Knowing that we are genuinely appreciated is satisfying. From a choice theory perspective, we might say that appreciation satisfies our need for power, recognition, esteem.
Regardless of how we analyze it, appreciation feels good. I sincerely hope that you have personal experience of this.
However, you may also be familiar with the other side of the coin. That is, you go out of your way to do good but you perceive that it’s not appreciated. While you may not be doing it for the “glory,” it’s still more encouraging to have your efforts acknowledged rather than ignored.
Curiously, you may have also observed that recognition sometimes comes more readily from people who are not close to us. Going out of your way for a stranger may bring you a smile and an effusive thank you. Going out of your way for your partner, child or parent may appear to bring nothing more than an expectation that you will do that, and more, again.
As we can’t control other people, we can’t force them to appreciate us. “Look at me! Look what I’ve done for you!” is not likely to bring the response that you may have hoped for.
If a lack of appreciation in your life is causing you dissatisfaction, here are a few suggestions that might help.
My first suggestion may sound a bit harsh, but it’s worth consideration. If you believe that you make ongoing sacrifices for others that aren’t appreciated, maybe it’s time to take a cold, objective look at what you are doing. Is it, in fact, valued by the other person? Everyone doesn’t appreciate the same things. As a trivial example, you might believe that your uncle appreciates your regular cheery phone calls. However, if he sees it as a nuisance, it would be helpful to know.
It can be hard to accept that the reason you don’t get appreciative feedback is because what you are doing isn’t valued. But you may as well know. Then, if you wish, you can focus on actions that are valued, rather than on those you think should be valued but aren’t. How do you find out? Ask.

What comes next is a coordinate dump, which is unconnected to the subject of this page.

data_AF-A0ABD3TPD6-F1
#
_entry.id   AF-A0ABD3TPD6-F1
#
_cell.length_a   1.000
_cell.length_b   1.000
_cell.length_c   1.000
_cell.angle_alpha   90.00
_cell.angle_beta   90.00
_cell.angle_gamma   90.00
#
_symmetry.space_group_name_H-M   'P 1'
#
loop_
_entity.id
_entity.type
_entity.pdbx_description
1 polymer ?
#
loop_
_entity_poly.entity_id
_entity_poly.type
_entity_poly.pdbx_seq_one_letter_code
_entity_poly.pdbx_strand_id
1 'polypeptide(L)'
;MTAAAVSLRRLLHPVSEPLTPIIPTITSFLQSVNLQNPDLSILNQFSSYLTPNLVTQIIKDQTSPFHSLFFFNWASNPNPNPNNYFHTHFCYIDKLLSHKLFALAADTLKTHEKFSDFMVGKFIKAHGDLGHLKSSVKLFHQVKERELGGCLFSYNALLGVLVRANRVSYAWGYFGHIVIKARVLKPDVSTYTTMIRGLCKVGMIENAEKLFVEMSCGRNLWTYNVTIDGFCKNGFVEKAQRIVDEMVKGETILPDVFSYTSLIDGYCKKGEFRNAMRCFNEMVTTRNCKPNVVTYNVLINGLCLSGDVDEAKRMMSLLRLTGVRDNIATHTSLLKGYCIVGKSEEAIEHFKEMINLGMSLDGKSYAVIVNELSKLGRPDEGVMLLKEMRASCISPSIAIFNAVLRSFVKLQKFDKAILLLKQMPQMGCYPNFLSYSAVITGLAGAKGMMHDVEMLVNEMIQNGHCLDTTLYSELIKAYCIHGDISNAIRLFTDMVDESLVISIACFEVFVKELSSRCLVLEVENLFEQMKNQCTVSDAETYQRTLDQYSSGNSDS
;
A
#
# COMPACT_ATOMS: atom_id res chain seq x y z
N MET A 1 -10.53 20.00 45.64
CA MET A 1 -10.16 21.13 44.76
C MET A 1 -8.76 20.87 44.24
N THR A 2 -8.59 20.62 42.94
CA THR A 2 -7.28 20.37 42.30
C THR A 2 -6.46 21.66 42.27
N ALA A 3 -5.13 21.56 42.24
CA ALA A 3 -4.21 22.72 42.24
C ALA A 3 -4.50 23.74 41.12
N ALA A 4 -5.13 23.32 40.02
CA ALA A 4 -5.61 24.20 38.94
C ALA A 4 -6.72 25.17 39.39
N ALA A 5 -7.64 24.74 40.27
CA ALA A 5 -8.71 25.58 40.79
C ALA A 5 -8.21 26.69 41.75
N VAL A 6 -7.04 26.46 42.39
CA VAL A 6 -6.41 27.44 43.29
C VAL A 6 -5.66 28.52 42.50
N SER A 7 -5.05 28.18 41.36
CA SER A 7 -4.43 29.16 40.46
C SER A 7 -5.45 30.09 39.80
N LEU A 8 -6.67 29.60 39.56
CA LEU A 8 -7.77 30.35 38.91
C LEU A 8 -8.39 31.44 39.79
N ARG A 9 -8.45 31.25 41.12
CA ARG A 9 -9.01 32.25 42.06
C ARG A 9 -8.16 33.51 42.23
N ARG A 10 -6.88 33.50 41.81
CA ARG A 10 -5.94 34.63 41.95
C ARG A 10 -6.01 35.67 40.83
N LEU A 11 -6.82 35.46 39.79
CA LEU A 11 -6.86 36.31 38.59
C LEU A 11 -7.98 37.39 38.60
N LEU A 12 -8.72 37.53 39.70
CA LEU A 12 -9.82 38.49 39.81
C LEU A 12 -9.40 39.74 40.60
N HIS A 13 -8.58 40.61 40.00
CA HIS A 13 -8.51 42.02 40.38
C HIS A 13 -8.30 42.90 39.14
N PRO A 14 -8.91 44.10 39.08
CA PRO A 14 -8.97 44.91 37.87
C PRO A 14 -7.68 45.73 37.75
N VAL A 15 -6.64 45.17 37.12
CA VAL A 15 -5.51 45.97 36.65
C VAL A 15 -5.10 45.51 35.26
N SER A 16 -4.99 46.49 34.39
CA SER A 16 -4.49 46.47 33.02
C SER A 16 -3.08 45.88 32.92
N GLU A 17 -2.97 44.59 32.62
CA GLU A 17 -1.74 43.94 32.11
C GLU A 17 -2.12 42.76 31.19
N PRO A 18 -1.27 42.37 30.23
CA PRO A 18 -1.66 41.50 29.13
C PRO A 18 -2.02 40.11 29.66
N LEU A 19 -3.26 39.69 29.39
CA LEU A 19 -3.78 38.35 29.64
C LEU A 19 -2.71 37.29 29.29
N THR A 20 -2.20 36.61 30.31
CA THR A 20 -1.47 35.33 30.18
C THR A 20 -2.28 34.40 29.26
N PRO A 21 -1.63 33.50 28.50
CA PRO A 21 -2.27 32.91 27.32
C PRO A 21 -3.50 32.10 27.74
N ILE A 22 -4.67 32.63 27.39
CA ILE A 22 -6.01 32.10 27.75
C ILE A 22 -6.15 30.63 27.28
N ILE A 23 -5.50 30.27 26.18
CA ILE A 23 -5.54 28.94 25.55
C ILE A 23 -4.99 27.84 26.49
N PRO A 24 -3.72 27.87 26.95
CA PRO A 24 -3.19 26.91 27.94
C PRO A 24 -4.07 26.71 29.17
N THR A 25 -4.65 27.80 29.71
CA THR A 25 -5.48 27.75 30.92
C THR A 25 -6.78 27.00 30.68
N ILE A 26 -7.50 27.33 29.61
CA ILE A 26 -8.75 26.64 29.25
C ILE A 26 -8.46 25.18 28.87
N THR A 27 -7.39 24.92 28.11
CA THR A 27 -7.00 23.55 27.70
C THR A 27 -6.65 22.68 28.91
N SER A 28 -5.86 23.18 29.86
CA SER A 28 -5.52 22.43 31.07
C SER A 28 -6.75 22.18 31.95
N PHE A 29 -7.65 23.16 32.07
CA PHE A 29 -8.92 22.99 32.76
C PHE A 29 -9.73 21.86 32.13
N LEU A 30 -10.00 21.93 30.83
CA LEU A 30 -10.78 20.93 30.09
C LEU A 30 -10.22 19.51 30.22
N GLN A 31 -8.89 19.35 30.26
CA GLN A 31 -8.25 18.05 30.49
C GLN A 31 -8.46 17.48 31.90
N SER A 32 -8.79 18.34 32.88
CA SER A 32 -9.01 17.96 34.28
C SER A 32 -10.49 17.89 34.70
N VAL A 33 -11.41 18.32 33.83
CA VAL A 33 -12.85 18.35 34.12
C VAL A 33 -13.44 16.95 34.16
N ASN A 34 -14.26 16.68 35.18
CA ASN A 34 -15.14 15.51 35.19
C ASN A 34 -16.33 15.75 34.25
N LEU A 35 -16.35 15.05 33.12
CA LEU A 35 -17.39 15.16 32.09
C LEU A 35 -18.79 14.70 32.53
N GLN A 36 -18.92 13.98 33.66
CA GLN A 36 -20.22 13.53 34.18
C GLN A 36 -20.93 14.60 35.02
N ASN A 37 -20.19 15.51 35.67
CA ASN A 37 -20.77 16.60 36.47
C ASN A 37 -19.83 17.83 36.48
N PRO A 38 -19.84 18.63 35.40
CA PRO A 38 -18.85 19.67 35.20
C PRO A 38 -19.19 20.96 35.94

My second suggestion involves the joy that we get from doing kind, helpful acts for others. Evaluate your actions yourself. Does what you are doing measure up to what you believe to be right and worthy? If so, then accept the joy that comes from doing it. While that inner joy is not the same as appreciation from outside, it has value, too.
Finally, while we can’t control whether others express appreciation, we can control whether we do. I suggest that we be truly appreciative, and say so, whenever the opportunity arises.
You might have the perception that too much appreciation could “go to one’s head” or seem fake. But does it hurt to express gratitude when your child calls as promised, when your partner remembers the milk, or when your co-worker helps you out?
When we look for opportunities to appreciate others, we become more aware of actions that are worthy of appreciation. If that makes us more grateful, appreciative people, maybe we’ll all be more inspired to appreciate each other! Wouldn’t that be nice?
Do you feel appreciated? Unappreciated?
Welcome to Reality Check:
articles and observations inspired by the work of Dr. William Glasser
- Choosing Behaviour
- Choosing Perspective
- Control and Choice
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- Doing, Thinking, Feeling, Physiology
- How it is sometimes
- Love & Belonging
- Perception & Reality
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